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Mostiller v. Chase Asset Recovery Corp.

January 22, 2010

ANITA MOSTILLER, PLAINTIFF,
v.
CHASE ASSET RECOVERY CORP., DEFENDANT.



The opinion of the court was delivered by: Honorable Richard J. Arcara United States District Judge

DECISION AND ORDER

INTRODUCTION

Plaintiff Anita Mostiller filed a complaint in this case on March 12, 2009, accusing defendant Chase Asset Recovery Corp. of violating the Fair Debt Collection Practices Act ("FDCPA"), 15 U.S.C. §§ 1692--1692p. Plaintiff served defendant with the summons and complaint, but defendant failed to answer or appear. On November 13, 2009, this Court granted plaintiff's motion for default judgment and ordered an evidentiary hearing as to damages. The hearing occurred on December 18, 2009, at which plaintiff testified and submitted an exhibit pertaining to defendant's conduct. Given the allegations that defendant is deemed to have admitted by default, and given the evidence that plaintiff submitted at the evidentiary hearing, the Court awards damages along with costs and fees as described below.

BACKGROUND

This case concerns defendant's conduct in attempting to collect on a loan used for a motorcycle purchase. The following facts come from the allegations in the complaint, which the Court will construe as true since defendant is in default, and from the testimony taken at the evidentiary hearing.

A few years ago, plaintiff co-signed a loan issued by HSBC Bank to allow her now-ex-boyfriend, Raphael Moscoso, to purchase a motorcycle. Sometime thereafter, both signatories to the loan agreement defaulted. HSBC Bank eventually repossessed the motorcycle and employed defendant to collect on the loan.

On or about December 2, 2008, defendant called plaintiff's home telephone number and left a message identifying itself as "Chase Asset Recovery." As indicated by the audio recording played and submitted at the hearing as Exhibit A, defendant left the following message:

This is for Anita. Um, my name is Frank with Chase Asset Recovery. Give me a call back as soon as possible, 716-818-8749, uh, the account for the motorcycle will be turned over to the county Monday, the eighth of December [2008] because Raphael cannot be located so we're gonna need to take action against you. So, I can't get you on the phone, so I'll try out your house when you call back, 716-818-8749, thank you.

Defendant left this message even though HSBC Bank had not decided to sue plaintiff, and even though defendant lacked either intent or authorization to sue plaintiff on its own. Based on the above message, plaintiff believed that defendant intended to commence a lawsuit against her. Additionally, plaintiff's fiancee Alex Hernandez overheard defendant's message. Plaintiff's fiancee was not aware of the debt in question prior to overhearing defendant's message.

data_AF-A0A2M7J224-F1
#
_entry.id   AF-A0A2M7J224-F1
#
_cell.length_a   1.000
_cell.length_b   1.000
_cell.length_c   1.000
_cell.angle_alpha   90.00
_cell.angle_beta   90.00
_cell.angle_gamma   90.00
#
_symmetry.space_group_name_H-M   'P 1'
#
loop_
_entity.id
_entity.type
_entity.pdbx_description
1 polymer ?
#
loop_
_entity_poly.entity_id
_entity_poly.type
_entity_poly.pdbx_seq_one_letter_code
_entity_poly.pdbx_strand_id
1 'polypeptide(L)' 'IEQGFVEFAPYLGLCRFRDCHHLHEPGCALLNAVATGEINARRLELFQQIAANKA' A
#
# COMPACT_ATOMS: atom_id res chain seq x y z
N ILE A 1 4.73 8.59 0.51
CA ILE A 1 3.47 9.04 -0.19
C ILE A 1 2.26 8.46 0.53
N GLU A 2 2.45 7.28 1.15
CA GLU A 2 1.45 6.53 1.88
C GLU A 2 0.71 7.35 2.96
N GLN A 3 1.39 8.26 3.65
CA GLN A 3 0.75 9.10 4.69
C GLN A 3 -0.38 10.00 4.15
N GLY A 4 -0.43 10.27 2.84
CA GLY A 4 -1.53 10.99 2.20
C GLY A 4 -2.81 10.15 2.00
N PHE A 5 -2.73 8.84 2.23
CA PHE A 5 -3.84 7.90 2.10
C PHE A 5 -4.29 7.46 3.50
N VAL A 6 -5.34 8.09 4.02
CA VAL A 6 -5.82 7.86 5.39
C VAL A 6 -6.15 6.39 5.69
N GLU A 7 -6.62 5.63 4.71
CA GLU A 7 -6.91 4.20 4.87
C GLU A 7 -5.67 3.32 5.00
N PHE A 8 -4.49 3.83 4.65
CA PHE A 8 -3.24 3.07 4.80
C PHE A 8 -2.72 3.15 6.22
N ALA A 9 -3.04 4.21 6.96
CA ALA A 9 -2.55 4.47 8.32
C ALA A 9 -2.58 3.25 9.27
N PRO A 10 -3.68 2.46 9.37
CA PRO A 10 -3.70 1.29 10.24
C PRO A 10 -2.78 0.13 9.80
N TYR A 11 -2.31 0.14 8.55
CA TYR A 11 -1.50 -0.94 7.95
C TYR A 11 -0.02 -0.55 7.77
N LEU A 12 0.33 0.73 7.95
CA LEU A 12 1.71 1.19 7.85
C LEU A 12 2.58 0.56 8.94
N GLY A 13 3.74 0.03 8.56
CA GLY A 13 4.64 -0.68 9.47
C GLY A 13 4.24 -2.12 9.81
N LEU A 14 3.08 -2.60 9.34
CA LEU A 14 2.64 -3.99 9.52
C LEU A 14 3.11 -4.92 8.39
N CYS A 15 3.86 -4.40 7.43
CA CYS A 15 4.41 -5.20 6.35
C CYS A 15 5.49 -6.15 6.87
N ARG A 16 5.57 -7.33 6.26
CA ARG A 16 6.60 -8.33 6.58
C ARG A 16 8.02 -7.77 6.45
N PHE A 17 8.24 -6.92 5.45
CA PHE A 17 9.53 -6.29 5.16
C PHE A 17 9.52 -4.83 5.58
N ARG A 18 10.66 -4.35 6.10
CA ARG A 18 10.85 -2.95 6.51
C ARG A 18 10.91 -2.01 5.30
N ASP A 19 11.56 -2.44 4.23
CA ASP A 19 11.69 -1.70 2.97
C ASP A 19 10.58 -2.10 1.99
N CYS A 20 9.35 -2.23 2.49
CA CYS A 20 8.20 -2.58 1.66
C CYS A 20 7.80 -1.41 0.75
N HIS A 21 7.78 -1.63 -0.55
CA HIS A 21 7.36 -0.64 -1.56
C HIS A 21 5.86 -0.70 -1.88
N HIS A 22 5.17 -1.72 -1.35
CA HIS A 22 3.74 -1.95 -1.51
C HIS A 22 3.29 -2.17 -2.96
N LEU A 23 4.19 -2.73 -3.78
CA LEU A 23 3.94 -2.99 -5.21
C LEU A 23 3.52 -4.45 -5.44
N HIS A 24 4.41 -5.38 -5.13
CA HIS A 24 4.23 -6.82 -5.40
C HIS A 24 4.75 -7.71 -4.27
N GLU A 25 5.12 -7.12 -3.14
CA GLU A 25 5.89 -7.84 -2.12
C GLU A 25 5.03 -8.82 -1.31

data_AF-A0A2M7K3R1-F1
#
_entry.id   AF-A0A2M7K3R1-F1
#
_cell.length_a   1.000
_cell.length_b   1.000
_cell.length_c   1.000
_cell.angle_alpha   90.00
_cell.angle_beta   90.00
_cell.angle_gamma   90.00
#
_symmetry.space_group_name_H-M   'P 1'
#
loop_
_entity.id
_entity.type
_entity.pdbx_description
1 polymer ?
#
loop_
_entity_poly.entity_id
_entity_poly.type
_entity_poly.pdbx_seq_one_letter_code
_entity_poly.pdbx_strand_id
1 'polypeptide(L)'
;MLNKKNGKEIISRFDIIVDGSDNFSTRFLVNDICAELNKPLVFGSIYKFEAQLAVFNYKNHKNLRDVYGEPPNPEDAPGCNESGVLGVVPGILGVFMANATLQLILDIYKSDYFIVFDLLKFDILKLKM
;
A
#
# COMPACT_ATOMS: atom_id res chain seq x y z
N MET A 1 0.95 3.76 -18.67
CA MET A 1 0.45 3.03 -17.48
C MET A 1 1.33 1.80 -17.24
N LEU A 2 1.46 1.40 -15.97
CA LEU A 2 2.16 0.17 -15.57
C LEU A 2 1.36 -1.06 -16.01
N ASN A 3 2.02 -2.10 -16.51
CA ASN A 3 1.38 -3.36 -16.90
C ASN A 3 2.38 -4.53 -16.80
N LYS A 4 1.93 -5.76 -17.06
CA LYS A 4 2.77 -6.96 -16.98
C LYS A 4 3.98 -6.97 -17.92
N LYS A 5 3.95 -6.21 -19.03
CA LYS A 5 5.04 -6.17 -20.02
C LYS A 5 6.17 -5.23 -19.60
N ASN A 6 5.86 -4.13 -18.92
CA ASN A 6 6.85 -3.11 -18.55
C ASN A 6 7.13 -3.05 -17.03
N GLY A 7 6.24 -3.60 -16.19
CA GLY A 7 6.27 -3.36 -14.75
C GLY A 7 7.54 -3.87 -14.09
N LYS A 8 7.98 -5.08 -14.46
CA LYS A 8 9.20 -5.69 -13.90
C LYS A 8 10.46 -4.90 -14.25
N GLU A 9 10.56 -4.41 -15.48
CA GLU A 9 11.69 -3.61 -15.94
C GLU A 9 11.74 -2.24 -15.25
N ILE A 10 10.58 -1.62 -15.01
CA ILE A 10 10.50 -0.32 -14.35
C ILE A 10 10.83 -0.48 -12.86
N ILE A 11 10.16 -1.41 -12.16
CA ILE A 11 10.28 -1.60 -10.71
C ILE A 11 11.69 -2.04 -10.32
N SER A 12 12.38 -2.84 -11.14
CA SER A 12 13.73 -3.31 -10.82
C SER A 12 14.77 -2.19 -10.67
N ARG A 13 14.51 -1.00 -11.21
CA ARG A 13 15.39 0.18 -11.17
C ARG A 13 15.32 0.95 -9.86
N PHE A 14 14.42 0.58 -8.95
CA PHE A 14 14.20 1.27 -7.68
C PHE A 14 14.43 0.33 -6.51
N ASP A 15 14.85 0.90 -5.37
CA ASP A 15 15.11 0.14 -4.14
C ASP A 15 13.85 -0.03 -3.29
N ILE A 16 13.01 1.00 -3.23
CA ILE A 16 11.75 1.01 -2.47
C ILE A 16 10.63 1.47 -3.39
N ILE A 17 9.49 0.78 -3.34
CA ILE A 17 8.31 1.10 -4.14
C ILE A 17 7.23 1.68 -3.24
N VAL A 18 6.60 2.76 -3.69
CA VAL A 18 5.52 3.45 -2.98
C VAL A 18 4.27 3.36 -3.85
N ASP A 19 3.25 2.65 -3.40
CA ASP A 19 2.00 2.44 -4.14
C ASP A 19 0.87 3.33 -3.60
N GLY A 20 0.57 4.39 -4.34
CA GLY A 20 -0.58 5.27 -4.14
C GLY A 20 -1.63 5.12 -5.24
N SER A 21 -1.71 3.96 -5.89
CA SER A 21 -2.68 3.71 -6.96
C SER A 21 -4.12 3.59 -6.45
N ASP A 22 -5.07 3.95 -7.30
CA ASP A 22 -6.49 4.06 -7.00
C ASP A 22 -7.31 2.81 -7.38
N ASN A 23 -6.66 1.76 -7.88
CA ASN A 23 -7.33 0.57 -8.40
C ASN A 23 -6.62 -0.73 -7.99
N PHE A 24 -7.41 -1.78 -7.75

On March 12, 2009, plaintiff filed the complaint in this case. The complaint contained a single claim that defendant committed multiple violations of the FDCPA. Specifically, plaintiff alleged the following:

Defendant violated 15 U.S.C. § 1692b(2) and 15 U.S.C. § 1692c(b) by disclosing the subject debt to Alex Hernandez.

Defendant violated 15 U.S.C. § 1692d and 15 U.S.C. § 1692d(2) by using language the natural consequence of which is to abuse the hearer when stating Defendant would send the account over to the county and take action against her if they did not hear from Plaintiff. Defendant violated 15 U.S.C. § 1692e, 15 U.S.C. § 1692e(2)(A), 15 U.S.C. § 1692e(5) and 15 U.S.C. § 1692e(10) by using false and misleading representations when stating Defendant would send the account over to the county and take action against Defendant if they did not hear from Plaintiff. (Dkt. No. 1 ¶ 20.)

According to the docket, plaintiff served defendant on April 6, 2009. Defendant never answered the complaint or otherwise appeared. Accordingly, plaintiff requested an entry of default on August 10, 2009. The Clerk of the Court filed an entry of default on August 11, 2009. On September 16, 2009, plaintiff filed a motion for default judgment as to liability and for a hearing as to damages. In the papers in support of the motion for default judgment, counsel for plaintiff set forth that "Defendant['s] in-house counsel, Frank Corsi, has been apprised of these proceedings and was provided an extra copy of the summons and complaint on August 14, 2009, but has chosen not to appear or otherwise defend this action. This office has not heard from Defendant or their counsel." (Dkt. No. 7-2 at 1.) The Court held oral argument on the motion for default judgment on November 13, 2009. The Court granted the motion orally and set a date for a hearing.

On December 18, 2009, the Court held the evidentiary hearing. Plaintiff, who is 46 years old, testified at the hearing. In addition to testifying to the background narrative that the Court summarized above, plaintiff recounted that her fiancee became upset upon overhearing the message that defendant left. Plaintiff concluded with testimony to support the claim in her complaint that "as a result of the Defendant's FDCPA violations as ...


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